### Instructional Tasks

*Instructional Task 1* (MTR.4.1)

### Instructional Items

*Instructional Item 1 *

*ones*+ 4

*tens*and 5

*ones*. She records the sum as 7

*tens*and 13

*ones*. Her friend Brene also determined the sum, but says the sum is 83. Who is correct? Explain.

**The strategies, tasks and items included in the B1G-M are examples and should not be considered comprehensive.*

## Related Courses

## Related Access Points

## Related Resources

## Formative Assessments

## Lesson Plans

## Original Student Tutorial

## Perspectives Video: Expert

## Problem-Solving Tasks

## Tutorials

## STEM Lessons - Model Eliciting Activity

In this Model Eliciting Activity, MEA, the students will work in teams to use data to determine which classroom pet teachers should get for their classrooms based on several characteristics.

Model Eliciting Activities, MEAs, are open-ended, interdisciplinary problem-solving activities that are meant to reveal students’ thinking about the concepts embedded in realistic situations. MEAs resemble engineering problems and encourage students to create solutions in the form of mathematical and scientific models. Students work in teams to apply their knowledge of science and mathematics to solve an open-ended problem, while considering constraints and tradeoffs. Students integrate their ELA skills into MEAs as they are asked to clearly document their thought process. MEAs follow a problem-based, student centered approach to learning, where students are encouraged to grapple with the problem while the teacher acts as a facilitator. To learn more about MEA’s visit: https://www.cpalms.org/cpalms/mea.aspx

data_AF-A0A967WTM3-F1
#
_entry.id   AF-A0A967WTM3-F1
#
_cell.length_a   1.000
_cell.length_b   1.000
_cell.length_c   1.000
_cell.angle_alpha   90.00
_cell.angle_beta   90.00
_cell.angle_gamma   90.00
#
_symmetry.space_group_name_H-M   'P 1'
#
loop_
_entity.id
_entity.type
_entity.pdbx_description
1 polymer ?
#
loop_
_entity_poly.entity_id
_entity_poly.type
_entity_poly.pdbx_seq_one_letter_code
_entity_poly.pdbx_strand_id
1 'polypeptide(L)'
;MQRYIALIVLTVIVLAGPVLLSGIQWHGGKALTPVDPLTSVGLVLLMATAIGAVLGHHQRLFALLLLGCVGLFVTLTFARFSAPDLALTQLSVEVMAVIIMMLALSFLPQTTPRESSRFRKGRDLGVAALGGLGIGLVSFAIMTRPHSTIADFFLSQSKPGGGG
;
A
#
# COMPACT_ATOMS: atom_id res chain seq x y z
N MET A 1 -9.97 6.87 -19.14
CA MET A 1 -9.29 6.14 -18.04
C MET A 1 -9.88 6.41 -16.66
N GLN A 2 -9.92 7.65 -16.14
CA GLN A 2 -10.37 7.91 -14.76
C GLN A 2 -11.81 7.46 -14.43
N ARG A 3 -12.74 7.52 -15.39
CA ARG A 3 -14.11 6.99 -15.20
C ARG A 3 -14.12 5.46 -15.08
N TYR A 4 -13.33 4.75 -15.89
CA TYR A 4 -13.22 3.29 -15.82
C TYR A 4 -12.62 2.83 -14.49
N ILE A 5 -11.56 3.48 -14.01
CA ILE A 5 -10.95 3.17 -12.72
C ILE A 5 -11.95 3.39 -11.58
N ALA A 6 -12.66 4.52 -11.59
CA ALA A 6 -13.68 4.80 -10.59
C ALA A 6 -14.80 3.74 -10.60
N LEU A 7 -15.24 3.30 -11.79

Students will determine which pizza place should be used to cater parties at the Birthday Parties 'R' Us facility given a set of data. They will create a procedure for determining the best pizza place, write an explanation about their procedure, and present their recommendations to the class.